Temple students have many study abroad opportunities to choose from, and the typical models are described below. If you would like to explore expanding the offerings for your students, please review the Process for Developing New Opportunities for Temple students. You may also find the Checklist for Starting a New Program helpful.
If you have an idea for a new study abroad opportunity, or have identified an unmet need on the part of your students, please feel free to contact Denise Connerty in International Programs to discuss your ideas and explore options and opportunities.
Temple-Administered Study Abroad
How it works
Currently, the International Programs Office manages three semester university-wide (Temple Rome, Temple University Japan and Temple Spain) and 15 summer programs. There are additional programs administered in some of the schools and colleges. Program types include:
- Semester/academic year abroad
- Faculty-led summer program
- Short-term study abroad
- Service Learning
- Academic control
- Faculty involvement in curriculum development
- Opportunities for faculty to teach abroad
- Affordability for Temple students
- All new programs created on behalf of Temple University are carefully considered by the Office of International Affairs as they involve a significant, long-term investment of the Office of International Program's staff, financial resources, and the normal liability and risk inherent in program management.
Student Reciprocal Exchange – a one-for-one exchange of students between Temple and a university overseas
Note: All exchange agreements, even if limited to a specific school, must be reviewed by International Affairs, reviewed by University Counsel and signed by the Board approved university signatory.
How it works
Temple students pay tuition and fees to Temple, and incoming exchange students pay tuition and fees to their home university. The students then “exchange” places. Some exchanges also involve students paying housing fees to their home institution. For Temple students, the credits earned appear as transfer credits on their transcript.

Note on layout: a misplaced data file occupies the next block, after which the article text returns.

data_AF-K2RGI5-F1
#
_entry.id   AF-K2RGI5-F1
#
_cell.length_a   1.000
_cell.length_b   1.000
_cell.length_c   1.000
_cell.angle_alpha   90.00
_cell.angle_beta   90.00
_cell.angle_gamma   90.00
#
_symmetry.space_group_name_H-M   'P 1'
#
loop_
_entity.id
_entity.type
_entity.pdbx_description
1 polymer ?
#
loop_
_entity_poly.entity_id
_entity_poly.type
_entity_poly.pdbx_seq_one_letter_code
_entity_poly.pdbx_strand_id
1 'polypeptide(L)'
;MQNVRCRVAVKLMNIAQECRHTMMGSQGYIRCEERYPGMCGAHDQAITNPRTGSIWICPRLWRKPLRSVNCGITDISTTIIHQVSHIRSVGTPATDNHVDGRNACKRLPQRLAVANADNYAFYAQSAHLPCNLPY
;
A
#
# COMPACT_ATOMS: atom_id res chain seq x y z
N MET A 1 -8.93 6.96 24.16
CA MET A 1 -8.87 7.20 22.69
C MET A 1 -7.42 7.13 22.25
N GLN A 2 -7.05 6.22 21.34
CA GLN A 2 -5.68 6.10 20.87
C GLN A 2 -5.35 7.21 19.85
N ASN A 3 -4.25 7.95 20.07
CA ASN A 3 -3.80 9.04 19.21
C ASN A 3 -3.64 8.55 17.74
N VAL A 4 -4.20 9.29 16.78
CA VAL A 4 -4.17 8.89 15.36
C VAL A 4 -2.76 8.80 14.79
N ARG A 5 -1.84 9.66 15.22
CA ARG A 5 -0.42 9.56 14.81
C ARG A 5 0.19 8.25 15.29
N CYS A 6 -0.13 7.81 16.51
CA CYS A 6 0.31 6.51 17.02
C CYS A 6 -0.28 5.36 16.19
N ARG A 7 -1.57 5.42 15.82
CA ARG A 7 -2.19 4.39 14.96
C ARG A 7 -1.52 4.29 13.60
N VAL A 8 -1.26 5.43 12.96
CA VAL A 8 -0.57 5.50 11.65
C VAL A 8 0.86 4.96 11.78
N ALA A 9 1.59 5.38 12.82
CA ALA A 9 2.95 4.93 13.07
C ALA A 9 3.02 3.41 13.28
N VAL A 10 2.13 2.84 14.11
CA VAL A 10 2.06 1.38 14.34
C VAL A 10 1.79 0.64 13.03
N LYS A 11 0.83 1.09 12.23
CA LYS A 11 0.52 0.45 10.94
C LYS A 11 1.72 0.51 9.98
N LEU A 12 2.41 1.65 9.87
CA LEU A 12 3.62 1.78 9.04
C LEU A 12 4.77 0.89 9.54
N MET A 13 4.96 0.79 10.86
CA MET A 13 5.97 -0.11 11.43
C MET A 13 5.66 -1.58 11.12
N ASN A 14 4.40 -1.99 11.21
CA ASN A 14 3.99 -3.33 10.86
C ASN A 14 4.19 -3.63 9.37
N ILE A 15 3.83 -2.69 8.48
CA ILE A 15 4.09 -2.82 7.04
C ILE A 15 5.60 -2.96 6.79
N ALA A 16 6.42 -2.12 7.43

Exchanges can be arranged by:
- School/College/Department. Exchanges are limited to only students within a certain department, school or college, and they are administered by that department, school or college.
- University-wide. Created and administered by the University International Programs Office, such exchanges are based on university-to-university agreements offering curricular options across the University.
- Cost-effective academic, linguistic and cultural immersion opportunities for Temple students and faculty. Also, provides for students and faculty from abroad to spend time at Temple.
- If a Temple student is not identified to participate in an exchange, a tuition obligation arises for the visiting student. Creating university-wide exchange requires sufficient interest among Temple students and faculty to sustain an exchange. The exchange must receive initial approval of the Office of International Affairs who will administer it. Exchanges limited to a school/college/department must specify the exchange is limited to the school/college/department and does not bind the entire university. In the event no Temple student wants to participate, the school/college/department is responsible for the visiting student’s tuition.
Programs sponsored by Other Organizations/Universities
How it works
Temple students routinely study abroad on non-Temple programs around the world, in the same way that non-Temple students study at Temple Rome and Temple Japan. Students participating in non-Temple programs must seek official Temple University approval to participate in non-Temple programs, pay the fees directly to the program sponsor, and transfer the credits earned to their Temple degree. Students who want to attend programs at other institutions or departments wanting to pre-approve other schools’ programs as a way to enhance study abroad options for their students should contact the Office of International Programs.
- Meets academic and geographic study abroad needs of Temple’s large, diverse population.